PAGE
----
“The Healer” is the logical salve to this rather oppressive and distressing first half then, and the slow droning minimalistic conclusion we also found within Feel Free. Opening on sequences of Pitre’s gorgeous bowed guitar it barely grows from the outset in a textural sense, only allowing its calm and placid friend the harmonium and later the piano into its arms, anything but the calamitous and harsh realities of the former. I find myself just as content to sit in its luxurious and expansive drone vistas as it seems to be; sitting here in the Sun and letting the laughter and gleeful shouts of distant children playing waft through the lightweight drone lines, it’s hard not to smile or feel quietly happy, even if there is no apparent source. It just exudes a carefree warmth that’s easy to get caught up in.

I love the juxtaposition of these two pieces; whilst I’m not entirely happy about “The Seeker” it’s role in the album is obvious and I appreciate the fact that it seems to make “The Healer” an altogether more enriching experience. It’s astonishing to me how evocative the sparse and slow drones of that piece can be, but also how polarising the disjointed and distressed instrumentation of its sibling can be as well. I genuinely can’t do anything other than praise its elegant and touching constructions and hope that others find the same emotional power in this beautiful release that I do.

Kyle Bobby Dunn – And The Infinite Sadness (Students of Decay, 2014)

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Is it possible to be in love with music? Because for the last few months I’ve scarcely wanted to listen to anything other than Kyle Bobby Dunn’s melancholic creations. Filling the gap in a post-active-Stars of the Lid world, Dunn has been releasing heart achingly beautiful Ambient and Drone music for the past 7 years, populating his delicate niche with romantic reflections and earnest fugues that, despite their melancholy, have been addictively engrossing. So finally, after some delay and thanks to the kind souls of Students of Decay, here is the latest glacial beauty from Dunn:, And The Infinite Sadness.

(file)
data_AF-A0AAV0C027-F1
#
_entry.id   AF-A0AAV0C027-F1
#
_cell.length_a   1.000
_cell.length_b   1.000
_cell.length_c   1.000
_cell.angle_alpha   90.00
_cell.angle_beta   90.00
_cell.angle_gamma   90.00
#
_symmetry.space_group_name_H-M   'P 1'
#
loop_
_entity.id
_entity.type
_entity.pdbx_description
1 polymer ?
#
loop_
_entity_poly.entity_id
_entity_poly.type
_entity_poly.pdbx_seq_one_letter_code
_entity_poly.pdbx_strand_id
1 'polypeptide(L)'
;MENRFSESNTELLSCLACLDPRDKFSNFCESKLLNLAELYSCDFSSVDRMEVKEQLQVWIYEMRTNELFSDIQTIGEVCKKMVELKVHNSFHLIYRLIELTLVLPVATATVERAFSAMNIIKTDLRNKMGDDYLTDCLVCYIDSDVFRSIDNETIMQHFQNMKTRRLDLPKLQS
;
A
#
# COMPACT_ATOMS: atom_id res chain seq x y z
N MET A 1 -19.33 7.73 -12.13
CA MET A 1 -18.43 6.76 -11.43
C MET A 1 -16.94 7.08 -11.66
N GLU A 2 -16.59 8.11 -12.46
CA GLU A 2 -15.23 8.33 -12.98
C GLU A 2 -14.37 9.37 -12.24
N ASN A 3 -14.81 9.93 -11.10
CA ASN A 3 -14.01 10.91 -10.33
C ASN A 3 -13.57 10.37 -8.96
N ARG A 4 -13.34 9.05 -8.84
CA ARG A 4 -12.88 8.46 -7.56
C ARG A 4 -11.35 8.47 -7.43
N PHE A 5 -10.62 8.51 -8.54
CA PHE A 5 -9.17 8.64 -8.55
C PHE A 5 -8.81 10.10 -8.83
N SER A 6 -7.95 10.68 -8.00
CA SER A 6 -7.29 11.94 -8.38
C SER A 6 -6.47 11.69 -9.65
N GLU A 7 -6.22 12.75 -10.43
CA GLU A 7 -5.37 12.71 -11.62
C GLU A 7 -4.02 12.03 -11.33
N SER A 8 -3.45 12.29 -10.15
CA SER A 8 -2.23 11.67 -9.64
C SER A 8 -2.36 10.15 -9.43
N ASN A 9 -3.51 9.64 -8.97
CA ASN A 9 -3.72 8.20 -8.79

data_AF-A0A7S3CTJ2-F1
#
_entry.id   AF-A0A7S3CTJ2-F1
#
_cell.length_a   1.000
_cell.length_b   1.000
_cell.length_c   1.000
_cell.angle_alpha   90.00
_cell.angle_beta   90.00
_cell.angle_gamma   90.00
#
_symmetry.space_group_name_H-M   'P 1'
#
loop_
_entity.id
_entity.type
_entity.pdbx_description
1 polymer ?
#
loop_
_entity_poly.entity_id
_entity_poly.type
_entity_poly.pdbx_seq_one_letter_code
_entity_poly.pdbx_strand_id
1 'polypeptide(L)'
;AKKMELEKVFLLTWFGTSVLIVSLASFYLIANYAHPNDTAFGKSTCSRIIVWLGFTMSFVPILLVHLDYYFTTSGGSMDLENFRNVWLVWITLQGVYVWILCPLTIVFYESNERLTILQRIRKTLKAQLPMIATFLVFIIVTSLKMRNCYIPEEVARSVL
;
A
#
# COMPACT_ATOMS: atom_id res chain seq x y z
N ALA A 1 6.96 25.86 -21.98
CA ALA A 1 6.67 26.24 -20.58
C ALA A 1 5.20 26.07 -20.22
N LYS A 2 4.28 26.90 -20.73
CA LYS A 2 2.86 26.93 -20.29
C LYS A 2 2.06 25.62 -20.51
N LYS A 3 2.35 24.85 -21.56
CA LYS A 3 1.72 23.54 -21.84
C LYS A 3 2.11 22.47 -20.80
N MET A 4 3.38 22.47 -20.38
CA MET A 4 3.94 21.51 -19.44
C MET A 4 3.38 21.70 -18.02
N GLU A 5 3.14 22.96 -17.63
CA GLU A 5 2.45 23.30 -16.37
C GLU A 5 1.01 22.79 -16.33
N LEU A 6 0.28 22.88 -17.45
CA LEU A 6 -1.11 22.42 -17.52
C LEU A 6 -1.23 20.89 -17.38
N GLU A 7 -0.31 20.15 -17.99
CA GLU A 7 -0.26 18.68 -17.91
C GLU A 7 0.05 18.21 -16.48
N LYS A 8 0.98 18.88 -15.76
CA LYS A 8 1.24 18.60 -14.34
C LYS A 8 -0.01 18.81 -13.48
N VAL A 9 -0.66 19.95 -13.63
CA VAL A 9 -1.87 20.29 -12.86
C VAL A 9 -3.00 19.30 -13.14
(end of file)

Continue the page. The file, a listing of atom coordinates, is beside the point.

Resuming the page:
It’s tricky reviewing Kyle’s music without meandering into the esoteric; how can I describe and define this 2 hour, 3xLP opus to a person unfamiliar with the sound? I don’t want to come off as accidentally stereotypical by insinuating that his sonic repertoire is rather limited and predictable, but there is a certain set of parameters to Dunn’s sonic envelope that become extremely clear and familiar with only a few listens that does put people off. Admittedly I’m not adverse to a little purple prose here and there but when an album like this comes along and all it has is its softly changing, delicately evolving themes and motifs there is little one can do but select a few choice emotional highlights from across its span.

Pinning down where you are emotionally across its breadth is, first and foremost, the most challenging part of this release, with each track forging its own sad little niche. Some of the pieces are clearly titled and obvious in their internal reflection and introspection; stunning opener “Ouverture de Peter Hodge Transport” has a bus-window-gazing kind of attitude in its gauzy and fluffy drone sequences, playing itself loud and with a certain energy to hear yourself think over the background noise, punctuated at the end by eerie but gleeful screams and cries of children. Track five, “Rue de Guy-Mathieu” has a similarly contemplative attitude but with a differing presentation; no longer comfy and seated we face a more chaotic clamour to the music, filled with a stuttering, staccato washes of noise and static as we glimpse the snippets of the lives of those passing by, unknown to us as they brush past to disappear into the crowd, each one a potential friend or lover.